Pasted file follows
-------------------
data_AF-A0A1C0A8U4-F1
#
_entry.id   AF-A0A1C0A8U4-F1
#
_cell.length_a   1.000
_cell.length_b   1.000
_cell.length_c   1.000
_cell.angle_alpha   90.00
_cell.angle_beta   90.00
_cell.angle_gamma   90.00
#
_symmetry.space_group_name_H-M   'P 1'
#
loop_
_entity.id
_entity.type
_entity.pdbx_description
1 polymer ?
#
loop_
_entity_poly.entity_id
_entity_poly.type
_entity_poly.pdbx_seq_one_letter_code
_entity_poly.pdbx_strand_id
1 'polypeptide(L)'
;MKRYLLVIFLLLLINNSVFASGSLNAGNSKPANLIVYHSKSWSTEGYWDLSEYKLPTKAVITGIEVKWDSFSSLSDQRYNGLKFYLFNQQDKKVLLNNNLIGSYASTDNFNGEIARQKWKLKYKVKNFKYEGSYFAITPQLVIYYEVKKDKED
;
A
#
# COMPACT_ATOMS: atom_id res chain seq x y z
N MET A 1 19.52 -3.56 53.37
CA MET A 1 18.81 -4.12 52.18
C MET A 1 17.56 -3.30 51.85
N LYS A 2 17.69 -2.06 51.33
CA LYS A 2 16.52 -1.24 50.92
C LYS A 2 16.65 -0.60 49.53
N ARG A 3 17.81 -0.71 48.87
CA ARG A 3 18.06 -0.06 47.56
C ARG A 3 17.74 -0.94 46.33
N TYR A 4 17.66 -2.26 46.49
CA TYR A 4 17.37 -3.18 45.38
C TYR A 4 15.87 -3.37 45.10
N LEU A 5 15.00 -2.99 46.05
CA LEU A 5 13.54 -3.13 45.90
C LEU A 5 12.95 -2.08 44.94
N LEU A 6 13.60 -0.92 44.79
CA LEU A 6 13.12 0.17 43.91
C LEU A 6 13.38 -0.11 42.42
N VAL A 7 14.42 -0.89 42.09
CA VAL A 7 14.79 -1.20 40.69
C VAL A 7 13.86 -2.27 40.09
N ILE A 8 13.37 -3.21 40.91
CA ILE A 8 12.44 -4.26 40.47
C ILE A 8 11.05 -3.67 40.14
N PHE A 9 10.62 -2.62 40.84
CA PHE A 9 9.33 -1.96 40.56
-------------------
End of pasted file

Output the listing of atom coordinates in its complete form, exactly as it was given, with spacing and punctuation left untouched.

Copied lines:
data_AF-A0A1C0A8U4-F1
#
_entry.id   AF-A0A1C0A8U4-F1
#
_cell.length_a   1.000
_cell.length_b   1.000
_cell.length_c   1.000
_cell.angle_alpha   90.00
_cell.angle_beta   90.00
_cell.angle_gamma   90.00
#
_symmetry.space_group_name_H-M   'P 1'
#
loop_
_entity.id
_entity.type
_entity.pdbx_description
1 polymer ?
#
loop_
_entity_poly.entity_id
_entity_poly.type
_entity_poly.pdbx_seq_one_letter_code
_entity_poly.pdbx_strand_id
1 'polypeptide(L)'
;MKRYLLVIFLLLLINNSVFASGSLNAGNSKPANLIVYHSKSWSTEGYWDLSEYKLPTKAVITGIEVKWDSFSSLSDQRYNGLKFYLFNQQDKKVLLNNNLIGSYASTDNFNGEIARQKWKLKYKVKNFKYEGSYFAITPQLVIYYEVKKDKED
;
A
#
# COMPACT_ATOMS: atom_id res chain seq x y z
N MET A 1 19.52 -3.56 53.37
CA MET A 1 18.81 -4.12 52.18
C MET A 1 17.56 -3.30 51.85
N LYS A 2 17.69 -2.06 51.33
CA LYS A 2 16.52 -1.24 50.92
C LYS A 2 16.65 -0.60 49.53
N ARG A 3 17.81 -0.71 48.87
CA ARG A 3 18.06 -0.06 47.56
C ARG A 3 17.74 -0.94 46.33
N TYR A 4 17.66 -2.26 46.49
CA TYR A 4 17.37 -3.18 45.38
C TYR A 4 15.87 -3.37 45.10
N LEU A 5 15.00 -2.99 46.05
CA LEU A 5 13.54 -3.13 45.90
C LEU A 5 12.95 -2.08 44.94
N LEU A 6 13.60 -0.92 44.79
CA LEU A 6 13.12 0.17 43.91
C LEU A 6 13.38 -0.11 42.42
N VAL A 7 14.42 -0.89 42.09
CA VAL A 7 14.79 -1.20 40.69
C VAL A 7 13.86 -2.27 40.09
N ILE A 8 13.37 -3.21 40.91
CA ILE A 8 12.44 -4.26 40.47
C ILE A 8 11.05 -3.67 40.14
N PHE A 9 10.62 -2.62 40.84
CA PHE A 9 9.33 -1.96 40.56